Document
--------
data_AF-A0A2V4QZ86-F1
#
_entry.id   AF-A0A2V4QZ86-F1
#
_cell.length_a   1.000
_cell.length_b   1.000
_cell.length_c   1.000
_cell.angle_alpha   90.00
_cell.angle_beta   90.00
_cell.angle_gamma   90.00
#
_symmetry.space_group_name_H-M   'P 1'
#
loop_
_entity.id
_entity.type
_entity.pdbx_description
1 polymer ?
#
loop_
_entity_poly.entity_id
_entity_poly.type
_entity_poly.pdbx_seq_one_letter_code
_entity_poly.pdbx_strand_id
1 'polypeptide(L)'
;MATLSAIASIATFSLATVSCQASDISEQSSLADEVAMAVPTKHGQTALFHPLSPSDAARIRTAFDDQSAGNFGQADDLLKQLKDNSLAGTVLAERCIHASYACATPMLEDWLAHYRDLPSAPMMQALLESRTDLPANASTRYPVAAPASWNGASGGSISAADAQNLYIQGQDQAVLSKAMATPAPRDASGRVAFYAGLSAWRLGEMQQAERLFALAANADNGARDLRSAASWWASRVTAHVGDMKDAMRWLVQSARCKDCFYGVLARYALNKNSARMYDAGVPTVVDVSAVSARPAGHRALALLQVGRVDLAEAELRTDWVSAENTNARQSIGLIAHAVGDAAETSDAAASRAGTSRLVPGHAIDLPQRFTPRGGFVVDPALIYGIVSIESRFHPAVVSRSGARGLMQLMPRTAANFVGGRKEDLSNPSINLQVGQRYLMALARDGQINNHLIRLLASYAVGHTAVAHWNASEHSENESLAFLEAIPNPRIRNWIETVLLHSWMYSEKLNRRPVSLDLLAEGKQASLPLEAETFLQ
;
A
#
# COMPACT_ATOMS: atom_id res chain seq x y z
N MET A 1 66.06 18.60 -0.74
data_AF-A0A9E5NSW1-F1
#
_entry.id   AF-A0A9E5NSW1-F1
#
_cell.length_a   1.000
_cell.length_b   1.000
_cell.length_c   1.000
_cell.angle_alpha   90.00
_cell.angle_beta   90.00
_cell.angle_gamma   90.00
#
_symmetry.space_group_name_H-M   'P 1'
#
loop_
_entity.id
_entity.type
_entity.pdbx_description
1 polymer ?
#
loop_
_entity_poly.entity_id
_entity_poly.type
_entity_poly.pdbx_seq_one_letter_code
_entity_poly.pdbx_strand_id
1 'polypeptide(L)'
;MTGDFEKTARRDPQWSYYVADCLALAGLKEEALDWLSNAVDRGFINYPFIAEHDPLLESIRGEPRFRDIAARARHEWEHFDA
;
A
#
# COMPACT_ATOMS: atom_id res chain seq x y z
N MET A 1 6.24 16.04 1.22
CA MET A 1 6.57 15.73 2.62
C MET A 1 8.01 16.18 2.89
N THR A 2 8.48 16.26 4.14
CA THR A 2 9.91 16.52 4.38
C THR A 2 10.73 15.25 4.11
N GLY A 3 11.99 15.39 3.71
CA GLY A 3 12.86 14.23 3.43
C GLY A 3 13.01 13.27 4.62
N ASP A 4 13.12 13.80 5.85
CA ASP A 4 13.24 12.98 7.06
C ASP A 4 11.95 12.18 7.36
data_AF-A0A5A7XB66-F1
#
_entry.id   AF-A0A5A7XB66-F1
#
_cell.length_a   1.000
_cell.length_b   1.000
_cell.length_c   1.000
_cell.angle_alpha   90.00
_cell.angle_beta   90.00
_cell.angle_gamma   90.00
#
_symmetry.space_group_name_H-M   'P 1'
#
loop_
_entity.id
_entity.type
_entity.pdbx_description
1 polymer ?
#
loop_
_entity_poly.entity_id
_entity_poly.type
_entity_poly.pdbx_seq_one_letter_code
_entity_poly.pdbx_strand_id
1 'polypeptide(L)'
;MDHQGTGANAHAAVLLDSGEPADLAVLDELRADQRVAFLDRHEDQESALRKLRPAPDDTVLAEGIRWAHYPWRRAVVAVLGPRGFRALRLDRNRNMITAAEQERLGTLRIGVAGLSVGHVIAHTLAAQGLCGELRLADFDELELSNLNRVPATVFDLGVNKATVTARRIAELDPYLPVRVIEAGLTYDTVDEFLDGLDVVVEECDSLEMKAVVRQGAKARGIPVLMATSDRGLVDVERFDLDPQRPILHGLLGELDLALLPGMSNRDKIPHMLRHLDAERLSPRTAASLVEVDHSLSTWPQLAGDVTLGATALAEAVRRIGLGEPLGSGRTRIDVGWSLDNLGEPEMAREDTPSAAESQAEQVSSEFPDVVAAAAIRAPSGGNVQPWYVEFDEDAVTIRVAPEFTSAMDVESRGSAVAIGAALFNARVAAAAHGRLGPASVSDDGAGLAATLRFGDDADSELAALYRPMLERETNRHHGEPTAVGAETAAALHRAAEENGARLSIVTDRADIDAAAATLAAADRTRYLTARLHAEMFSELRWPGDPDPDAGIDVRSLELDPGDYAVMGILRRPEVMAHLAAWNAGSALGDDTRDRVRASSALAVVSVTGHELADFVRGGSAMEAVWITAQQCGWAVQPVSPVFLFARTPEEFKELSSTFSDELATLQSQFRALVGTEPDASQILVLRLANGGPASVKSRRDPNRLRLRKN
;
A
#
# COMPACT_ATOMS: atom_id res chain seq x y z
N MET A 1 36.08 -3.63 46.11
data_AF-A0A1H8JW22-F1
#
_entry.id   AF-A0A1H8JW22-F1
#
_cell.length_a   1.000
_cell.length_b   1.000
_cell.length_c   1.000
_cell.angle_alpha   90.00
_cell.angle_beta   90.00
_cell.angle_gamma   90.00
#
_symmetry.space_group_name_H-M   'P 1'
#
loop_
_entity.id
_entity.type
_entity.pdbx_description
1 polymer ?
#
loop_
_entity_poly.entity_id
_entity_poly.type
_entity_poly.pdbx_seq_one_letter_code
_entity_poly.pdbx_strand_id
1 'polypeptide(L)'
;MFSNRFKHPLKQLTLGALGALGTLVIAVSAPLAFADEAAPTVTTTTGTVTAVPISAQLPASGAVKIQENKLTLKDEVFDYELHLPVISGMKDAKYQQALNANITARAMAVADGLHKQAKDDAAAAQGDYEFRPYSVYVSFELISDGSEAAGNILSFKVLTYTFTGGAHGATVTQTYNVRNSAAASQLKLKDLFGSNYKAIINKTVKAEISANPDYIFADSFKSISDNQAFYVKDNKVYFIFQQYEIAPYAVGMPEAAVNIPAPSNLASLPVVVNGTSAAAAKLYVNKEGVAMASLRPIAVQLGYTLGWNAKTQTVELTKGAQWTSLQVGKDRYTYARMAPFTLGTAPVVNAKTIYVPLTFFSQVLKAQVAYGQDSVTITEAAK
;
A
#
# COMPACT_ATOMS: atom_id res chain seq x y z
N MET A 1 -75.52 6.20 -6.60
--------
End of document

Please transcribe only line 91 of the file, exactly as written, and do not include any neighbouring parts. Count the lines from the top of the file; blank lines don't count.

1 polymer ?